Natalie (02:08): Exactly, exactly. I often say so. Well, I don’t think on anybody’s life plan, career plan, vision board, Answer Connect, wasn’t there. Virtual telecom, virtual answering service that wasn’t on there. But I think that’s the lesson. That is, if everything had gone exactly according to plan, my life would look really different. And I’m so grateful for the plot twist that brought me to this point.
(02:36): When I found Answer Connect, I was young. I had gone through, like I mentioned, all of these plot twists that brought me to a place where the expectations I had were pretty low. I needed a job. I needed a schedule that worked with my life, and something that wouldn’t be as stressful as some of the other jobs that I’d had before. That was really it.
(02:59): And interestingly, even with such low expectations, after a couple of days, I actually called the temp agency back and said, I need you to find me something else. And that was because I walked into this place and I had no concept that it was really a startup. And so, coming in, I expected that they had it figured out. And therefore, when there was no onboarding, there was no training. There was no goal setting. I didn’t know who my team was or my boss was. And all of these things, it was like red flag and alarm. And so, that I realized that the jobs that I had had at that point, had painted this picture that, if it wasn’t working, that was my problem.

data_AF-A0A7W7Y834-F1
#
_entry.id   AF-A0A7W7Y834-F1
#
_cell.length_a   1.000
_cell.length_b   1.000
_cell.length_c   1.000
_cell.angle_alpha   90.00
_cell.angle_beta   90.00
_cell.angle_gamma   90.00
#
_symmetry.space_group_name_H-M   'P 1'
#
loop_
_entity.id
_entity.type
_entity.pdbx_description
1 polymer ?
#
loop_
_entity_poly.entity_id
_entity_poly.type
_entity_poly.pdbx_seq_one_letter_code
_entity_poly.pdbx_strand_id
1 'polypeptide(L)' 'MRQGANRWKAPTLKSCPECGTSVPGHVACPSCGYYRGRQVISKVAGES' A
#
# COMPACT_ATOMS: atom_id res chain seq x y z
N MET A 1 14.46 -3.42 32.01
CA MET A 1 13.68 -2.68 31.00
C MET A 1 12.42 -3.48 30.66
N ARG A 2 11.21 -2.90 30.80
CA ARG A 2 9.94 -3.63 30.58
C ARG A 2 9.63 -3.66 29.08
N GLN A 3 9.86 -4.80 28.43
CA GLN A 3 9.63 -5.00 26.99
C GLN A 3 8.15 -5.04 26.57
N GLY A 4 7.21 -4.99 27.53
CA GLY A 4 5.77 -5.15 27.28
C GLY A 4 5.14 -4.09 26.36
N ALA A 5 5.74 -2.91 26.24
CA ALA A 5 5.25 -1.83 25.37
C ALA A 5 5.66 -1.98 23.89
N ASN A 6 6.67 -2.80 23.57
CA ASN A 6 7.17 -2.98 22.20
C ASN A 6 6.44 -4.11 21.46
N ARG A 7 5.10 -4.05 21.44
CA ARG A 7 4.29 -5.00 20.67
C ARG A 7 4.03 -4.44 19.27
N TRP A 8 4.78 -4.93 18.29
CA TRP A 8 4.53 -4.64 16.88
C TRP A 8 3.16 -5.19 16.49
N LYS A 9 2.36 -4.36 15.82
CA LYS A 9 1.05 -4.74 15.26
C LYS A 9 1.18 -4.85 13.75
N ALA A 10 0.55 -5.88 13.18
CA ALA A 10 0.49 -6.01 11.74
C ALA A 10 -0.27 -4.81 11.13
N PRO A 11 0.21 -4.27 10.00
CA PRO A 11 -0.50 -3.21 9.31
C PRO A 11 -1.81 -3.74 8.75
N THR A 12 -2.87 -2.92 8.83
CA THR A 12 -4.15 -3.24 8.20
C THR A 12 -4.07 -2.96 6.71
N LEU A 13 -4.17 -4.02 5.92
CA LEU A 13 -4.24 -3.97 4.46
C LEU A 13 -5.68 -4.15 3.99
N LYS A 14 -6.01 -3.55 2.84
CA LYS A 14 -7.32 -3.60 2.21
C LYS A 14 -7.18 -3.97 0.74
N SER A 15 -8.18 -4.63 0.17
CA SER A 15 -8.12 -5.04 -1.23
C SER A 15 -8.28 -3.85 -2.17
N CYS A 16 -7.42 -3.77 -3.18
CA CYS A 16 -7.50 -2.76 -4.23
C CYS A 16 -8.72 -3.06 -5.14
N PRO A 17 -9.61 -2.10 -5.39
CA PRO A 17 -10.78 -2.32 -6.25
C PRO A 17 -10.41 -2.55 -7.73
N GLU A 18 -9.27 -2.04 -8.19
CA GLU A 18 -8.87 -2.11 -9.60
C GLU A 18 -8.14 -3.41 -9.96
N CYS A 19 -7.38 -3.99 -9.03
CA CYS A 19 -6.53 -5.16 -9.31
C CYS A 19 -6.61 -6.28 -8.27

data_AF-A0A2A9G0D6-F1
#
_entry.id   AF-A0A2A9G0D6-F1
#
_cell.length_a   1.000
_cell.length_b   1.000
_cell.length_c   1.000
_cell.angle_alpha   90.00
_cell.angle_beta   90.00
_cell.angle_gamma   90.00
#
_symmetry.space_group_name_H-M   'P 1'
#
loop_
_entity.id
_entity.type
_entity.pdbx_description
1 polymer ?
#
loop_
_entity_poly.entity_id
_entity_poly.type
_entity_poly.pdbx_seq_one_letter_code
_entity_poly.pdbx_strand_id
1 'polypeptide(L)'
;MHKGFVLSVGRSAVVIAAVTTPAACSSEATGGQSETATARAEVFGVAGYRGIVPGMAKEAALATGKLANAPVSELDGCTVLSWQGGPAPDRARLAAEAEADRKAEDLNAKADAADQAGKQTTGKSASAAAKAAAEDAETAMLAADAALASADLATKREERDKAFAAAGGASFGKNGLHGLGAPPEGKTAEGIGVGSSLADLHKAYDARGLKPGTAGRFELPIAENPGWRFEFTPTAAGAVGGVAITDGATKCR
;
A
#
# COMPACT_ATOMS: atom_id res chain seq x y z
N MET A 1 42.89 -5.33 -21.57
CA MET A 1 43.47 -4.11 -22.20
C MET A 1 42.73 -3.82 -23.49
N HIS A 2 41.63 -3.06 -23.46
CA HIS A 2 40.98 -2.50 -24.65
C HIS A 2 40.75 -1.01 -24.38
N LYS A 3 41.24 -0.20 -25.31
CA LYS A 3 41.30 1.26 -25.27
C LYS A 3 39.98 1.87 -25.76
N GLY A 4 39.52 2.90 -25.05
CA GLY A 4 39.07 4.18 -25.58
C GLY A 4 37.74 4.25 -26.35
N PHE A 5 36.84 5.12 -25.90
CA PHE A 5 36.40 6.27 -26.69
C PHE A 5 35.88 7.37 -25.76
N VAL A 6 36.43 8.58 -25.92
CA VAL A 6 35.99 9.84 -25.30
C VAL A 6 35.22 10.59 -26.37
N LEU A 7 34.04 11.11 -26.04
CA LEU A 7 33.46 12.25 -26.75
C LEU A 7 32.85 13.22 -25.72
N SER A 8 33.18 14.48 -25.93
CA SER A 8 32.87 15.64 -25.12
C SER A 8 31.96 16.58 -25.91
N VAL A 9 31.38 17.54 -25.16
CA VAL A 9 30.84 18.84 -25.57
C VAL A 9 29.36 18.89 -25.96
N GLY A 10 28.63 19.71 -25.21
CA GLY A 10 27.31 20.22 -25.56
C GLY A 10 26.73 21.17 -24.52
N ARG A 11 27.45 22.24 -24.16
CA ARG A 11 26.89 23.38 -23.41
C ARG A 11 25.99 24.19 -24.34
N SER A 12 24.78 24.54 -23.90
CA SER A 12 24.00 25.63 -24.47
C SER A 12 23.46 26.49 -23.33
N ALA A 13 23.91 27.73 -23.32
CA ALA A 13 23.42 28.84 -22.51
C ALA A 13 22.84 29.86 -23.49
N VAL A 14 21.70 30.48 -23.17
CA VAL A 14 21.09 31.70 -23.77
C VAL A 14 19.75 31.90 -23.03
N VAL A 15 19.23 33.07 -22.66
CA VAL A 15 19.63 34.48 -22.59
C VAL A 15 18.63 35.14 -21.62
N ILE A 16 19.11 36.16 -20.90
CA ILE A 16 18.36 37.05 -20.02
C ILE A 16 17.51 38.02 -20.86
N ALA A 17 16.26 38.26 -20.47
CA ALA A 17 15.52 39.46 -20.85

(03:44): Because of course, the bosses knew everything. That was the mindset that I had at that point. And, important for me to give credit where credit is due, because I happen to have a chance encounter with the founder of the company, who was then, the CEO. This is on maybe day two or three, after I’ve already thrown the pass out to the staffing agency. You get me out of here. And he asked me, he said, Hey, you’re new here. How’s it going? And I think we all know what the quote unquote right answer to that question is.
Amy (04:20): I’m guessing that’s not the one you gave.
Natalie (04:22): It isn’t. Which was as much of a surprise to me, maybe as anybody else. So once I opened my mouth, it was the flood gates. Everything was coming out, and I thought, well, as I’m saying these things. Like, you have no goals and there’s no onboarding and what is that? And what is this? I come up for air, and this was the best plot twist, because he said, thank you. Can you help us with any of that?